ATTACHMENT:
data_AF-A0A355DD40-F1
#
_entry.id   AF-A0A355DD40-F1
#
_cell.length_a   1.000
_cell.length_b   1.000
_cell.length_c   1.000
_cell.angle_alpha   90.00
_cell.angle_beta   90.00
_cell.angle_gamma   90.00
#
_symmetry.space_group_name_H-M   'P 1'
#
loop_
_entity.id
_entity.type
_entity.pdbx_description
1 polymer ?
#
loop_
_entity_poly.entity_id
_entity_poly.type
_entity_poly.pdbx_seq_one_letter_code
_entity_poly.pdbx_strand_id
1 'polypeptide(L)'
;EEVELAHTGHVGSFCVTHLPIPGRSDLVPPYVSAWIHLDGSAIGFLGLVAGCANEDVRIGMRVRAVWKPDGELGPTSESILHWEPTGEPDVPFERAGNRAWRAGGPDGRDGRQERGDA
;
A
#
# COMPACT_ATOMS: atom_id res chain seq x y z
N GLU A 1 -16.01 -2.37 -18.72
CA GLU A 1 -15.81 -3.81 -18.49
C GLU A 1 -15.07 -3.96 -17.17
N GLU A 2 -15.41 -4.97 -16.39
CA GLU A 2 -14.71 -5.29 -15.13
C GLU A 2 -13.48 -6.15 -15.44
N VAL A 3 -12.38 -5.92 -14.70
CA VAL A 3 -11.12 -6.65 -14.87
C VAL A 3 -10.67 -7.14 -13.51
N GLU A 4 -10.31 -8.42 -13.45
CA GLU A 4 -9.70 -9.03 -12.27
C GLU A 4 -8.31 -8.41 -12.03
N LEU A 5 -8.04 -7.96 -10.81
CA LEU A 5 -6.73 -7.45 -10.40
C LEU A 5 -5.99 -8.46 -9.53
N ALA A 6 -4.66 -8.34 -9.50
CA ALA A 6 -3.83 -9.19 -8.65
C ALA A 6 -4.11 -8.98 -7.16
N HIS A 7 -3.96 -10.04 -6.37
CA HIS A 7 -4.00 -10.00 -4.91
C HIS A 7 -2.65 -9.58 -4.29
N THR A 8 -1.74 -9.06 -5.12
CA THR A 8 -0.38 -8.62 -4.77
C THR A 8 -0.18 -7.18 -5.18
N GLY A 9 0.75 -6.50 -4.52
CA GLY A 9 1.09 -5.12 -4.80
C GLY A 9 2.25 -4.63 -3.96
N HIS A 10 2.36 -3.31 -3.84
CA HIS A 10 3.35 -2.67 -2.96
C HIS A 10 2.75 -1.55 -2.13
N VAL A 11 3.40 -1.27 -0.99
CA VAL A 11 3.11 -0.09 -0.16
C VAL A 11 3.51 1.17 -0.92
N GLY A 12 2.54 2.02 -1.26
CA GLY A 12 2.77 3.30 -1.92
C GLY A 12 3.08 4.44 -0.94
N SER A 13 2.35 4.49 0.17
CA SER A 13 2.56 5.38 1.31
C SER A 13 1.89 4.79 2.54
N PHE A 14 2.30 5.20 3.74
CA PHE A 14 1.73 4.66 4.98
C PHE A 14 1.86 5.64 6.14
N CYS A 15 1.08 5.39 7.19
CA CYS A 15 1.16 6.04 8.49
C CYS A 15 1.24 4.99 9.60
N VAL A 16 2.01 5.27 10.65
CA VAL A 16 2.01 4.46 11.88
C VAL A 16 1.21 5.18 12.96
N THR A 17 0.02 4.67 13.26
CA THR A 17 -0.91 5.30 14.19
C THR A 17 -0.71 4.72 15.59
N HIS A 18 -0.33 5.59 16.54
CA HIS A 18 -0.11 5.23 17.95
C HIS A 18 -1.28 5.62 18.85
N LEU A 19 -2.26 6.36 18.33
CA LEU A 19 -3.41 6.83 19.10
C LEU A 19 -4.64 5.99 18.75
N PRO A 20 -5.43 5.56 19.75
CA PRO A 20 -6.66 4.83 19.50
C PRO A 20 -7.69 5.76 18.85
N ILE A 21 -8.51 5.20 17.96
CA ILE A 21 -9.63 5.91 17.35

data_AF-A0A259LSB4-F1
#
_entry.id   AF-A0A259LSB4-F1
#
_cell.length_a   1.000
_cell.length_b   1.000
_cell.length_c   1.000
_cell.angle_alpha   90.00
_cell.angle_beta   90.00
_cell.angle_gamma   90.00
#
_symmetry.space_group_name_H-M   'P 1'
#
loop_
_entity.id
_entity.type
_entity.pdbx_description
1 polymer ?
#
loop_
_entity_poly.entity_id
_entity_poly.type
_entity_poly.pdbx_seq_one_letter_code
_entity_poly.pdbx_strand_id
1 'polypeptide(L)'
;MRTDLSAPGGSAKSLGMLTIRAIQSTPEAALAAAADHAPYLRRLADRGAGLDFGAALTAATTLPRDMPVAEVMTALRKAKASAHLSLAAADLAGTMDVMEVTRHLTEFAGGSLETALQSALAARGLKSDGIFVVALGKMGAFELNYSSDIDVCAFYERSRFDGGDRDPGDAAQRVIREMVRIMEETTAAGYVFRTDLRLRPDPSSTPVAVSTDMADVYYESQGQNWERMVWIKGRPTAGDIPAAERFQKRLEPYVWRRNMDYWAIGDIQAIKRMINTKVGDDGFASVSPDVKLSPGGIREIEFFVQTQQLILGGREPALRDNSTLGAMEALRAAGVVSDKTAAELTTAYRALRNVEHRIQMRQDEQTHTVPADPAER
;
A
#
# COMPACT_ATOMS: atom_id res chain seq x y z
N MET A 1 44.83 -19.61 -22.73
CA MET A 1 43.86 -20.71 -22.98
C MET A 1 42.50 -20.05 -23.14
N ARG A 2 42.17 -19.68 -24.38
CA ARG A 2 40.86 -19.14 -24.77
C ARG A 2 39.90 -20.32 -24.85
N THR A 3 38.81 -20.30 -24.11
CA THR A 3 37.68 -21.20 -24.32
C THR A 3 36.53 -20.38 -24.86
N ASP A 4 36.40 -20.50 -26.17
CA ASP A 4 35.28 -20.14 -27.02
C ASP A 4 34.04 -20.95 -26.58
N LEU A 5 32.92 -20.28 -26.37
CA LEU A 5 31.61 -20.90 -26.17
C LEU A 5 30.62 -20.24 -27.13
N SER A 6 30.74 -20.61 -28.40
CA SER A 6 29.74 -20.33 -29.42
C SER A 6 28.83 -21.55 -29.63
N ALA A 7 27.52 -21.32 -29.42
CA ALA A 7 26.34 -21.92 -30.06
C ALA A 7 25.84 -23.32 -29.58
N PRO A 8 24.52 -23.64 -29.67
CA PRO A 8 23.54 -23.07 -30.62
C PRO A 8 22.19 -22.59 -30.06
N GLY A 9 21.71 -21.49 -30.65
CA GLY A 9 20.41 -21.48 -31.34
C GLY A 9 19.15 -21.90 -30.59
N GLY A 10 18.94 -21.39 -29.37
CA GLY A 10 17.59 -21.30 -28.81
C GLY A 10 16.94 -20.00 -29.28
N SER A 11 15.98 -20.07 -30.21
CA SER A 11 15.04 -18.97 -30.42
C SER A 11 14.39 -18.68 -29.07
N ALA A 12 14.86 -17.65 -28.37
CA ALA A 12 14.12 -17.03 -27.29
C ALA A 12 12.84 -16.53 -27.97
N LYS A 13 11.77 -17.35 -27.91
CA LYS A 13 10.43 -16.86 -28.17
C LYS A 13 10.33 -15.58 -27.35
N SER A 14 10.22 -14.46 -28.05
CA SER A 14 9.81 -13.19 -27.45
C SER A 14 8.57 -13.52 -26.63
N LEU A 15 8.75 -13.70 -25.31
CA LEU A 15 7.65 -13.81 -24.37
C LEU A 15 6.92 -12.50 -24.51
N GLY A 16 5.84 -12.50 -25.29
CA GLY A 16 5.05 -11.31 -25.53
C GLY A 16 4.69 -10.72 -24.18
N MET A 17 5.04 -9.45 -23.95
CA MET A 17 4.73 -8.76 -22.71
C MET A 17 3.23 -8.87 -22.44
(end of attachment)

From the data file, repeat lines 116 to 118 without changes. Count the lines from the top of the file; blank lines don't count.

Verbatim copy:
_entity_poly.pdbx_strand_id
1 'polypeptide(L)'
;MRTDLSAPGGSAKSLGMLTIRAIQSTPEAALAAAADHAPYLRRLADRGAGLDFGAALTAATTLPRDMPVAEVMTALRKAKASAHLSLAAADLAGTMDVMEVTRHLTEFAGGSLETALQSALAARGLKSDGIFVVALGKMGAFELNYSSDIDVCAFYERSRFDGGDRDPGDAAQRVIREMVRIMEETTAAGYVFRTDLRLRPDPSSTPVAVSTDMADVYYESQGQNWERMVWIKGRPTAGDIPAAERFQKRLEPYVWRRNMDYWAIGDIQAIKRMINTKVGDDGFASVSPDVKLSPGGIREIEFFVQTQQLILGGREPALRDNSTLGAMEALRAAGVVSDKTAAELTTAYRALRNVEHRIQMRQDEQTHTVPADPAER